The Provirus Integration sites for Moloney murine leukemia virus (Pim) kinases are a highly conserved family of serine/threonine kinases. The Pim kinase family is composed of three different isoforms, Pim1, Pim2, and Pim3, which have been studied extensively in tumorigenesis and as a potential therapeutic target in various cancers. We previously reported an unexpected role of Pim2 in negatively regulates T-cell responses to alloantigen and tumor (JCI, 2015, PMID: 29781812). However, the mechanisms by which Pim2 modulates T-cell responses remain largely undefined. In the current study, using genetic Pim2-deficient mouse, we demonstrated a key role of Pim2 in regulating T-cell hemostatic and anti-tumor responses in aging, hematopoietic cell transplantation (HCT), and antigen-specific adoptive T-cell therapy (ACT). We observed that Pim2 was critical for T cells to retain quiescent in aged mice, as thymic Treg development was impaired while effector T-cell differentiation in lymphoid organs, including Tc1/Th1, Tc17/Th17 and follicular helper T cells, was increased in Pim2-deficient mice, but not in Pim1/Pim3-deficient mice. Furthermore, Pim2-deficient mice were capable to completely eradicate syngeneic breast cancer (NT2.5) growth (Figure A). During antigen specific anti-tumor response, adoptively transferred Pim2 -/- CD8 T cells showed enhanced ability for controlling established NT2.5 breast cancer and B16 melanoma (Figure B, C). Mechanistically, loss of Pim2 promoted G1 to S phase cell-cycle progression while reduced apoptosis in CD8 T cells. Pim2 -/- CD8 T cells exhibited elevated effector cytokine production while maintained higher levels of CD62L expression, leading to superior effector function, persistence and anti-tumor activity. Reduced differentiation of exhausted and suppressive subsets were observed in Pim2 -/- CD8 T cells after being adoptively transferred in tumor-bearing mice. In addition, Pim2 deficiency was associated with a higher metabolic potential, reflected by increased glycolysis and oxidative phosphorylation, which was at least partially attributed to a decreased level of autophagy in Pim2 -/- CD8 T cells. To further evaluate the clinical translation potential, we applied a Pim2-specific inhibitor (JP11646) and found that blocking Pim2 improved graft-versus-leukemia activity after autologous HCT and also enhanced CD8 T-cell mediated anti-melanoma effects after ACT in mice (Figure B, C). Furthermore, blocking Pim2 using JP11646 promoted human CD8 T-cell response during polyclonal stimulation and enhanced expansion, effector function and tumor killing ability of human melanoma antigen-specific CD8 T cells (data not shown) and CD19 CAR-T cells (Figure D). Our work demonstrated that Pim2 is a potent and distinct regulator of differentiation and maintenance of T effector cells through modulating metabolism and autophagy. Specifically target Pim2 can serve as a novel strategy for improving cancer immunotherapy.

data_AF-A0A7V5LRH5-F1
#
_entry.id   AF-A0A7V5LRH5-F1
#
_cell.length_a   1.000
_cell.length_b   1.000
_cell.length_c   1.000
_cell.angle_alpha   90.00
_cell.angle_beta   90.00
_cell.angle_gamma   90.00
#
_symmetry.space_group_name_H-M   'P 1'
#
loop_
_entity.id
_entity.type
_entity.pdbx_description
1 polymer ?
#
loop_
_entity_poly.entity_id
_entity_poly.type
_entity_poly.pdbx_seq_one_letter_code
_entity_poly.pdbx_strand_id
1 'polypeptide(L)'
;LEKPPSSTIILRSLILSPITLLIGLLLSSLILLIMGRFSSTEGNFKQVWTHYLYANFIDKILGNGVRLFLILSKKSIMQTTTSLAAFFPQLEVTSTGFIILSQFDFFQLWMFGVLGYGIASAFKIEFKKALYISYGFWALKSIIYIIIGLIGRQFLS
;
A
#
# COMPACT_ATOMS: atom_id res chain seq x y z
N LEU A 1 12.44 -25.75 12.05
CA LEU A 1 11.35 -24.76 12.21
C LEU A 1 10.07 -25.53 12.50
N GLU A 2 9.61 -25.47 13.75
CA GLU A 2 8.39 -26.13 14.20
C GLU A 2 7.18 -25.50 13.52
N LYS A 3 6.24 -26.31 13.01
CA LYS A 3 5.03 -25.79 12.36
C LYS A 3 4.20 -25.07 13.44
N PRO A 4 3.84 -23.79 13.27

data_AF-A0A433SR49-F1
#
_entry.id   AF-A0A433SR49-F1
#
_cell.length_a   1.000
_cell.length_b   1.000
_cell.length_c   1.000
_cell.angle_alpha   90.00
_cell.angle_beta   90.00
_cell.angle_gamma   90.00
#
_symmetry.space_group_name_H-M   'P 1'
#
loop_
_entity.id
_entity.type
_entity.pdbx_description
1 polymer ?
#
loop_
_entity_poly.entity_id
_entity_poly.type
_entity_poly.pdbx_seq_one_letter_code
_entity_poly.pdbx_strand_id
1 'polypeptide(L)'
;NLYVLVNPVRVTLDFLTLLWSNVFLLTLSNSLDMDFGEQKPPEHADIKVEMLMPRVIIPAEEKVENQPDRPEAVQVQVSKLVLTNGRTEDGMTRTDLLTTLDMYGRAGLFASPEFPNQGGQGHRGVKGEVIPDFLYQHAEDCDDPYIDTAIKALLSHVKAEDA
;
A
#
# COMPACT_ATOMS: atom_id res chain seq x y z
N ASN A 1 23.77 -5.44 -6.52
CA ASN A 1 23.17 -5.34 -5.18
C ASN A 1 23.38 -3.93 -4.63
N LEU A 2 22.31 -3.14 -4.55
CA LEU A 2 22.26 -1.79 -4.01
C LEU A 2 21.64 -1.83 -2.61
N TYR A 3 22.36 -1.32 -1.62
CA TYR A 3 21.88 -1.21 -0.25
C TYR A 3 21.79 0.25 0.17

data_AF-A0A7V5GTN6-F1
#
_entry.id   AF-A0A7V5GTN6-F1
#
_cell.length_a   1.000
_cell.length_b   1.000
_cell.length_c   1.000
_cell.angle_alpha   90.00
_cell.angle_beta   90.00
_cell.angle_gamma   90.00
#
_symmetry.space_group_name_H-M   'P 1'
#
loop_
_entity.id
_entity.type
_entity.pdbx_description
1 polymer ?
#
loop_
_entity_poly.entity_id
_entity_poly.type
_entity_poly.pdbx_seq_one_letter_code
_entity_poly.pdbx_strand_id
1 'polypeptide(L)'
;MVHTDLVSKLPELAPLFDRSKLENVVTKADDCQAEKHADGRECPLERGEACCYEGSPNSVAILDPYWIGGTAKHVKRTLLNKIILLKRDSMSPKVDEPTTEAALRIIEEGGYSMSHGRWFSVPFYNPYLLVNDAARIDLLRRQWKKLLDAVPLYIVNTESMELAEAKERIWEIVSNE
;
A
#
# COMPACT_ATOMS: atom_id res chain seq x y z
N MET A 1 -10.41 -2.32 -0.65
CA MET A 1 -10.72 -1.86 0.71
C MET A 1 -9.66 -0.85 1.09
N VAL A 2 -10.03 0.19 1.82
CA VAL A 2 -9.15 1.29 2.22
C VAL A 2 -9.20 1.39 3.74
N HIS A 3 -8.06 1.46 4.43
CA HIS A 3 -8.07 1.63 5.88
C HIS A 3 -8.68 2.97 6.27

No relevant conflicts of interest to declare.

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